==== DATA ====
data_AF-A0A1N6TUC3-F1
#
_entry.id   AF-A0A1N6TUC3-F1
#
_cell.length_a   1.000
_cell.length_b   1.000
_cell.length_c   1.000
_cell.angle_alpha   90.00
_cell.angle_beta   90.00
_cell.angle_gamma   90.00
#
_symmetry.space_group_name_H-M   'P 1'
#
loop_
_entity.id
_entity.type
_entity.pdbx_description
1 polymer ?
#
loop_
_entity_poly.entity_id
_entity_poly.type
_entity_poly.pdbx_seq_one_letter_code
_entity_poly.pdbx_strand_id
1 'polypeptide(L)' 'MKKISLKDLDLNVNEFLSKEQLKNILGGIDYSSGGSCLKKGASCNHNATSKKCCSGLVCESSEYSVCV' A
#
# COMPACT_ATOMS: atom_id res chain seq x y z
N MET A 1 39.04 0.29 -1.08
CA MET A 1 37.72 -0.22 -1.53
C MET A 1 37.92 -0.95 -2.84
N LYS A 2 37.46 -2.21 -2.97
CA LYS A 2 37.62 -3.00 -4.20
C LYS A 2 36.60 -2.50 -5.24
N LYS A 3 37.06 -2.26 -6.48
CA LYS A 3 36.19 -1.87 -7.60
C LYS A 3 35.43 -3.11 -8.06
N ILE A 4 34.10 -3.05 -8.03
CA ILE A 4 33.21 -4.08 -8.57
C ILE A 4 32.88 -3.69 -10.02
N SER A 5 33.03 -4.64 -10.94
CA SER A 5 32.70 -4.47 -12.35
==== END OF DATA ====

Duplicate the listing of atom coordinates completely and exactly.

data_AF-A0A1N6TUC3-F1
#
_entry.id   AF-A0A1N6TUC3-F1
#
_cell.length_a   1.000
_cell.length_b   1.000
_cell.length_c   1.000
_cell.angle_alpha   90.00
_cell.angle_beta   90.00
_cell.angle_gamma   90.00
#
_symmetry.space_group_name_H-M   'P 1'
#
loop_
_entity.id
_entity.type
_entity.pdbx_description
1 polymer ?
#
loop_
_entity_poly.entity_id
_entity_poly.type
_entity_poly.pdbx_seq_one_letter_code
_entity_poly.pdbx_strand_id
1 'polypeptide(L)' 'MKKISLKDLDLNVNEFLSKEQLKNILGGIDYSSGGSCLKKGASCNHNATSKKCCSGLVCESSEYSVCV' A
#
# COMPACT_ATOMS: atom_id res chain seq x y z
N MET A 1 39.04 0.29 -1.08
CA MET A 1 37.72 -0.22 -1.53
C MET A 1 37.92 -0.95 -2.84
N LYS A 2 37.46 -2.21 -2.97
CA LYS A 2 37.62 -3.00 -4.20
C LYS A 2 36.60 -2.50 -5.24
N LYS A 3 37.06 -2.26 -6.48
CA LYS A 3 36.19 -1.87 -7.60
C LYS A 3 35.43 -3.11 -8.06
N ILE A 4 34.10 -3.05 -8.03
CA ILE A 4 33.21 -4.08 -8.57
C ILE A 4 32.88 -3.69 -10.02
N SER A 5 33.03 -4.64 -10.94
CA SER A 5 32.70 -4.47 -12.35